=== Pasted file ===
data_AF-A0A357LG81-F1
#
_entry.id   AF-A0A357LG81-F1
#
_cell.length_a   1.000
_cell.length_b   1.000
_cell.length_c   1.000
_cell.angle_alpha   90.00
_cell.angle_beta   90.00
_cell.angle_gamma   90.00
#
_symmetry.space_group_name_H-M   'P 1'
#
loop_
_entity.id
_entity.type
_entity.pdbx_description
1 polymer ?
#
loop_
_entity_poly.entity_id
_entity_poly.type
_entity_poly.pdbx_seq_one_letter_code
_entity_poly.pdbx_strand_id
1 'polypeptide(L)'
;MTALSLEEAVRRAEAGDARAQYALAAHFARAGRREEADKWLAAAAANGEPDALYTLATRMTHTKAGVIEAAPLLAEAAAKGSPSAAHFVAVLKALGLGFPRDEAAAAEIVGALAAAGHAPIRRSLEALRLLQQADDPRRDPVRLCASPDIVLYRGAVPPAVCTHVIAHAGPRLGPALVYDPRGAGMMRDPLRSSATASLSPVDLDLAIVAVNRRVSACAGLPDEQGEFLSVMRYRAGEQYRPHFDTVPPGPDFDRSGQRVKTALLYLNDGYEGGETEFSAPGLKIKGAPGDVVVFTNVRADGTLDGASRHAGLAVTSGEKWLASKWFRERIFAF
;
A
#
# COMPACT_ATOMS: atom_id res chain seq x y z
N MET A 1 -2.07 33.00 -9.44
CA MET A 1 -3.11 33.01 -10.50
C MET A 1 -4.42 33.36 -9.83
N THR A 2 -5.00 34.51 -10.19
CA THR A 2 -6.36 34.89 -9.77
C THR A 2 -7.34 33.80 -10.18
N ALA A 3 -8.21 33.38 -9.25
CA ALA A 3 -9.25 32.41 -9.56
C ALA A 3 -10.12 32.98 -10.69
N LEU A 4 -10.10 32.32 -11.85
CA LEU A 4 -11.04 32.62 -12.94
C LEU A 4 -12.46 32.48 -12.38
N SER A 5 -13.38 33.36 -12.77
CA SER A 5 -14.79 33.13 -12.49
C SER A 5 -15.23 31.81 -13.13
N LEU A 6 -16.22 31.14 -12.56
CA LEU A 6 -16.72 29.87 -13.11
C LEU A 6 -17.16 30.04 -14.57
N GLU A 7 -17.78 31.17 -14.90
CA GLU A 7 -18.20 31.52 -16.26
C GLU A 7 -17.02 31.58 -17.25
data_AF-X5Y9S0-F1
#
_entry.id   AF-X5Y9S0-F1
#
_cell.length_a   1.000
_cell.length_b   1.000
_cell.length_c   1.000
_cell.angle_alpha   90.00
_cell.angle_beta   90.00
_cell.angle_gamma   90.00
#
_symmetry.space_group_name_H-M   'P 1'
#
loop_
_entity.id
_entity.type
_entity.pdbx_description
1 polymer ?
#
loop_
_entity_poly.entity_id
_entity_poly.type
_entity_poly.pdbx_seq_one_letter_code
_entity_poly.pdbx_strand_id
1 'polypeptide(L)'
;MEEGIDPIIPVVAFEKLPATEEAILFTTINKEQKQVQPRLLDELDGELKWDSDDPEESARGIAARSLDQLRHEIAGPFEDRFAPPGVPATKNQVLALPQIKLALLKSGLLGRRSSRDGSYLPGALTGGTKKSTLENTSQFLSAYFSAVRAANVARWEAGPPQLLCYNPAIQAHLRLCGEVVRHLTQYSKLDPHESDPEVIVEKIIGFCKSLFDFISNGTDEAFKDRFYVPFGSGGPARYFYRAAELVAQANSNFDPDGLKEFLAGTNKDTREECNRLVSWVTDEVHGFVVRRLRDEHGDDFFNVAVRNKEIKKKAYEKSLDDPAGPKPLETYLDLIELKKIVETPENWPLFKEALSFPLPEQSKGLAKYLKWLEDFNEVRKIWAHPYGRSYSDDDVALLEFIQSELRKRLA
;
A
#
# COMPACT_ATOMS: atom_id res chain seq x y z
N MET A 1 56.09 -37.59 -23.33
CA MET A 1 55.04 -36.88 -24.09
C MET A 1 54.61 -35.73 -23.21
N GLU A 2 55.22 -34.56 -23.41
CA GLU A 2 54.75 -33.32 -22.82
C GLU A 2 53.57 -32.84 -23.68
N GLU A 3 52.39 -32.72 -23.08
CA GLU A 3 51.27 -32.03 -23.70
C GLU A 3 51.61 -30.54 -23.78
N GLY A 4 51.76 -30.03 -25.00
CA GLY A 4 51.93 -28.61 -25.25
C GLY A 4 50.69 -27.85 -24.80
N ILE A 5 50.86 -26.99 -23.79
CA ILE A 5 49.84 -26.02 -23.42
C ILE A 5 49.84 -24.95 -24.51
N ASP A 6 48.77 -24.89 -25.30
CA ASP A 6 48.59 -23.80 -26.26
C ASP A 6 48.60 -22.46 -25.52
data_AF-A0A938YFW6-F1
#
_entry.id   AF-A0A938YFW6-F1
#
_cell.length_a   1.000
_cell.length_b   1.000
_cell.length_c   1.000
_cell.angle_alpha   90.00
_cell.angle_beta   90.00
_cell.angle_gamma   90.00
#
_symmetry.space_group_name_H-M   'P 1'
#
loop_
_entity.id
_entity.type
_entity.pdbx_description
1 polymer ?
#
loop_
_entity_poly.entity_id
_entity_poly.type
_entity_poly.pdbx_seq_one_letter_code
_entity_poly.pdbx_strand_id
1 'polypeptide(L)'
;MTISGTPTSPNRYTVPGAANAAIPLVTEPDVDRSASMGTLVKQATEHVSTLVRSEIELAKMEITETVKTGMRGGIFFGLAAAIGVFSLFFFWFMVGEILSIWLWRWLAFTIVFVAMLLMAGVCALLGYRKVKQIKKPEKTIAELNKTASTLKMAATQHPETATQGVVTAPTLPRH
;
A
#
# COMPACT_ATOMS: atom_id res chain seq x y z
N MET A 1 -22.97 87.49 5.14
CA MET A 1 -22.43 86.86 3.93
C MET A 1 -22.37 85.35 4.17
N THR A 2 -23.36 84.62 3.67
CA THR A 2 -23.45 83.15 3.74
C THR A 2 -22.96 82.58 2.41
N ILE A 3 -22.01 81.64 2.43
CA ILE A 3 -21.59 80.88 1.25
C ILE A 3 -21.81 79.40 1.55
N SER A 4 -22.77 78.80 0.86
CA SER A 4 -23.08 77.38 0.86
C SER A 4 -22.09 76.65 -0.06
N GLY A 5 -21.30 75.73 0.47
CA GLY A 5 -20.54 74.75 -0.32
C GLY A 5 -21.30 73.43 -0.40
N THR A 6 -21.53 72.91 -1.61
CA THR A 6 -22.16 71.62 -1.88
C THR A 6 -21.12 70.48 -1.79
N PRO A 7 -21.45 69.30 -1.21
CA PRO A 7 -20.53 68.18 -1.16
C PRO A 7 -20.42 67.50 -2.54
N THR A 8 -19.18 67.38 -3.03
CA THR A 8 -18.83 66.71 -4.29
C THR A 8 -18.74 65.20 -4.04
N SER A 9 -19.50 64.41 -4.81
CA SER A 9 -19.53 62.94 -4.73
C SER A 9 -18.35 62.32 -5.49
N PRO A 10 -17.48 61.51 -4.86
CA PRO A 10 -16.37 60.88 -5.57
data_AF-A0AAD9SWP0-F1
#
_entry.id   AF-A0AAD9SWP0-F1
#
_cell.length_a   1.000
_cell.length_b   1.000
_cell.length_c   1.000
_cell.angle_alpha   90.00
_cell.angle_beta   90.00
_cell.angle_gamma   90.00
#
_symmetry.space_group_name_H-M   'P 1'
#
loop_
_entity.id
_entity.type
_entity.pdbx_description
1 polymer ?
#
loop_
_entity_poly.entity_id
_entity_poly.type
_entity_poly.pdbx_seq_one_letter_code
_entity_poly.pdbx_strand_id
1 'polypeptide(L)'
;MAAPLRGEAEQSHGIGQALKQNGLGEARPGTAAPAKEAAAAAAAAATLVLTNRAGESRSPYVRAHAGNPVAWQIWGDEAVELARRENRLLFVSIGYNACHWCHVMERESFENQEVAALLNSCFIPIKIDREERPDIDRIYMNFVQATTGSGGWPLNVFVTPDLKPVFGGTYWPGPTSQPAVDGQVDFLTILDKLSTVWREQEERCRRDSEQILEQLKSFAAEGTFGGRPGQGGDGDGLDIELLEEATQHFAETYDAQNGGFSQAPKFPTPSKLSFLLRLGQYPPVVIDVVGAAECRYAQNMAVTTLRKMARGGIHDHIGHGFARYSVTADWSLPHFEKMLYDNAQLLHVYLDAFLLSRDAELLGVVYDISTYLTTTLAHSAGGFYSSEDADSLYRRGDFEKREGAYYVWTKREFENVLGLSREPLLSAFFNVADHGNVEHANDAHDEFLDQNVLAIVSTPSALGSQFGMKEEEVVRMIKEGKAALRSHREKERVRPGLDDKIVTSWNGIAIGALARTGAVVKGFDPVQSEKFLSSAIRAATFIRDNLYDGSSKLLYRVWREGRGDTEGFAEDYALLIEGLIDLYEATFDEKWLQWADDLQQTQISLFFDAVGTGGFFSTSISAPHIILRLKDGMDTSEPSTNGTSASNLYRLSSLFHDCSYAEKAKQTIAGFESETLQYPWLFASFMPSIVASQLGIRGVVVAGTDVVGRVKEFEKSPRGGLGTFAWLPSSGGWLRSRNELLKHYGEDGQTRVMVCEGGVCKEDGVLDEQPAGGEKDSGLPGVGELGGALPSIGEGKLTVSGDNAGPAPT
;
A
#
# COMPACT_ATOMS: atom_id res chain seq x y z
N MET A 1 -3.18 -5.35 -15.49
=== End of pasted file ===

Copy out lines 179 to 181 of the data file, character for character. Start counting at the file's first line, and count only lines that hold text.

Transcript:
_entity_poly.entity_id
_entity_poly.type
_entity_poly.pdbx_seq_one_letter_code